The arguments against Pauline authorship come from two things, in my opinion. One is human pride and a desire to have the more popular or attention-getting position. The other is bias created because people assume that an author will not change subject or writing style over time. Let me use Ephesians for example. Many scholars are absolutely sure Paul did not write this letter. When I look at the arguments they seem very weak to me. For example, they will note a difference in writing style. Such differences are easily understood if we recognize that the subject matter, the audience and the time of writing are different. They will count words used in Galatians but not Ephesians and say that it is obvious Paul did not write this. He uses word x in 1 Corinthians 14 times and only uses the same word x once in Colossians. This is supposed to be evidence of two different authors. As a good friend once pointed out to me, if you use this standard, you can prove that CS Lewis did not write all the books attributed to him. Of course, this "proof" is disproved by the fact that CS Lewis wrote all these books! Critics of Pauline authorship point out subltle difference in emphasis or theological perspective as proof that the writer of Galatians did not write Ephesians, when a far more natural explanation is that the recipient and the subject matter are radically different. In my opinion, these views reflect the theological prejudices of those who create these theories more than any real theological difference between the books.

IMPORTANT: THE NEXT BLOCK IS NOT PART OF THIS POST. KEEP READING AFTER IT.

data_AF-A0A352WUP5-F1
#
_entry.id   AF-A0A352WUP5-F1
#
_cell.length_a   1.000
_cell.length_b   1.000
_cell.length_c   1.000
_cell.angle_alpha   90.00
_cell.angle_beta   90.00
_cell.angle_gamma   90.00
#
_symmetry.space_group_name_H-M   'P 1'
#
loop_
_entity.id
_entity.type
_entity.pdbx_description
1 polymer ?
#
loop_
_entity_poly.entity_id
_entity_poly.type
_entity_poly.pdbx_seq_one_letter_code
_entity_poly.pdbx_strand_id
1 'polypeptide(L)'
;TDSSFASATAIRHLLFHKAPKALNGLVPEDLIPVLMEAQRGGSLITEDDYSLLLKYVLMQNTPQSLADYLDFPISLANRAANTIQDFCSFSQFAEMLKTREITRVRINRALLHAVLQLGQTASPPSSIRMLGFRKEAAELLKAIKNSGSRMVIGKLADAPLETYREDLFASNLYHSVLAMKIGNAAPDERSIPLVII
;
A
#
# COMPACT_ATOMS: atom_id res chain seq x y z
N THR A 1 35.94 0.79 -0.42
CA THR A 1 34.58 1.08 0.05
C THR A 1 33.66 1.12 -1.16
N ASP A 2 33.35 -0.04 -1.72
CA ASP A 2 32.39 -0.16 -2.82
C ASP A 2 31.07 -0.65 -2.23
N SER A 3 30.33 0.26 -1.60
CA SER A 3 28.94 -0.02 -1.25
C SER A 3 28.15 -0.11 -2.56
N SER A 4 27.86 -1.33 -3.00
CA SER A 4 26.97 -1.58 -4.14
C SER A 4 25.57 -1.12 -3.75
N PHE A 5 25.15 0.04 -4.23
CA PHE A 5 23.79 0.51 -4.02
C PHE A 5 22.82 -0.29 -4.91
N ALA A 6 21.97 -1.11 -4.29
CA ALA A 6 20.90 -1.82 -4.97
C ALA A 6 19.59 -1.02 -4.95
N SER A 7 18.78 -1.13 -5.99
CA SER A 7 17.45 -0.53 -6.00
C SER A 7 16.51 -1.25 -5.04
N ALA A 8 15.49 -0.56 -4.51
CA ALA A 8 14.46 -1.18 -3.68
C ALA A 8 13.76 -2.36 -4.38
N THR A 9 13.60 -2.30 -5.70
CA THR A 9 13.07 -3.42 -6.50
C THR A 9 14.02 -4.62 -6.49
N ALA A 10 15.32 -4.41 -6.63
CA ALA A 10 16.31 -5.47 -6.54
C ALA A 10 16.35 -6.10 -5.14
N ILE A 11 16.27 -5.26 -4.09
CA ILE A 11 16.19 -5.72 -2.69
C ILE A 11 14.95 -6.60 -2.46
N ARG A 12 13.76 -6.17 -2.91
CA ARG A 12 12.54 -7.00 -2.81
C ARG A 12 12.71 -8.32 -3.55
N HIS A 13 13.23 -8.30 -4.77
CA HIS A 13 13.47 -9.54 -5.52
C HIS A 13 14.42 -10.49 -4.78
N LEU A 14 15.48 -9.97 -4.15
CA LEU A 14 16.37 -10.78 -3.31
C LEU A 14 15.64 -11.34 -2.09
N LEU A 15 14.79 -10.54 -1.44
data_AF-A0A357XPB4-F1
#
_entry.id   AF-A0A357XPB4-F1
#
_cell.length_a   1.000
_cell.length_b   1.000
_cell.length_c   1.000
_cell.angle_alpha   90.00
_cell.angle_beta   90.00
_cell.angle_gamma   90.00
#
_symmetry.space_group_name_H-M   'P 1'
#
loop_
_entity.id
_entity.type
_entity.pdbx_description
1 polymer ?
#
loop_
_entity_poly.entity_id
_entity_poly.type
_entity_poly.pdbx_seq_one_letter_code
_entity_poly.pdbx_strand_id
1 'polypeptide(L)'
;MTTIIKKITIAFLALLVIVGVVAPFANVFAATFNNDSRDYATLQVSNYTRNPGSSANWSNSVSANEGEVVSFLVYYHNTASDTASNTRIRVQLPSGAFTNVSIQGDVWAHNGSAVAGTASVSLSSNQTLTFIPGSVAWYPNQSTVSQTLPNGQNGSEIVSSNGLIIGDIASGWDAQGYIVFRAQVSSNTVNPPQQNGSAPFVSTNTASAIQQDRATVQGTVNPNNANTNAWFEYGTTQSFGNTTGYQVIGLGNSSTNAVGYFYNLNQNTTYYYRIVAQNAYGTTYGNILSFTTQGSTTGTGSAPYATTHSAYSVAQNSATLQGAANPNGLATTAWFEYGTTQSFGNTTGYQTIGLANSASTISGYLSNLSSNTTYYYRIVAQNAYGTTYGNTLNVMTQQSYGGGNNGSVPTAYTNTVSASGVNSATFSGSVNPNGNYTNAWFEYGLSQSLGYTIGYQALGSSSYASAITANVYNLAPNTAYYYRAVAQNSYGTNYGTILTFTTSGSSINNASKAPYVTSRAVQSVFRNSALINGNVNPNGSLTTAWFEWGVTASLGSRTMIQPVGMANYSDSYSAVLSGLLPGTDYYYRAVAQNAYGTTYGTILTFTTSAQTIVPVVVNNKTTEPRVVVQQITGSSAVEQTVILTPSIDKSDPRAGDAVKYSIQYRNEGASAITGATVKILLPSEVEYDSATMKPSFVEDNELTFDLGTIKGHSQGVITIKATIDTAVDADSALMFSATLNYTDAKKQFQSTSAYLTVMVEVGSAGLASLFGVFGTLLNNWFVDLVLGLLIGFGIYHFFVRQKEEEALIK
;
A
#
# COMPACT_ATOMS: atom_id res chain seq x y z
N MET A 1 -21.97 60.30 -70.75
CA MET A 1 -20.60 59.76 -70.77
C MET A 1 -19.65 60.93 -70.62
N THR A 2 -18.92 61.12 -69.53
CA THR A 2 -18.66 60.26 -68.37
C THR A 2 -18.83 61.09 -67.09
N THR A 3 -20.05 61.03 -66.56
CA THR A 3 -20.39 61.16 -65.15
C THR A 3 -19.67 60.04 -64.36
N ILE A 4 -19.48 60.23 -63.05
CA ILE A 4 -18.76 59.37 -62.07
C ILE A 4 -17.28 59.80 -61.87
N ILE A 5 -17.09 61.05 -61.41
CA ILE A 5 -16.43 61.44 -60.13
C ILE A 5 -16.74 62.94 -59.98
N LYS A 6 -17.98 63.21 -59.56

You will have to decide for yourself, and I already said that, given that all scripture is inspired by God, the implication is not very large, but in the specific case of Ephesians, I believe the internal evidence is very strong that Paul wrote this book. The style of 1 and 2 Timothy is, admittedly, quite different from 1 Thessalonians, but the obvious explanation is that in the pastoral letters Paul is writing a personal letter to a friend he knows well. When I write, I change my style to a rather significant extent when I am writing to a more intellectual audience or to a more general audience. A general letter will have a greatly different style than a personal letter to people I know well.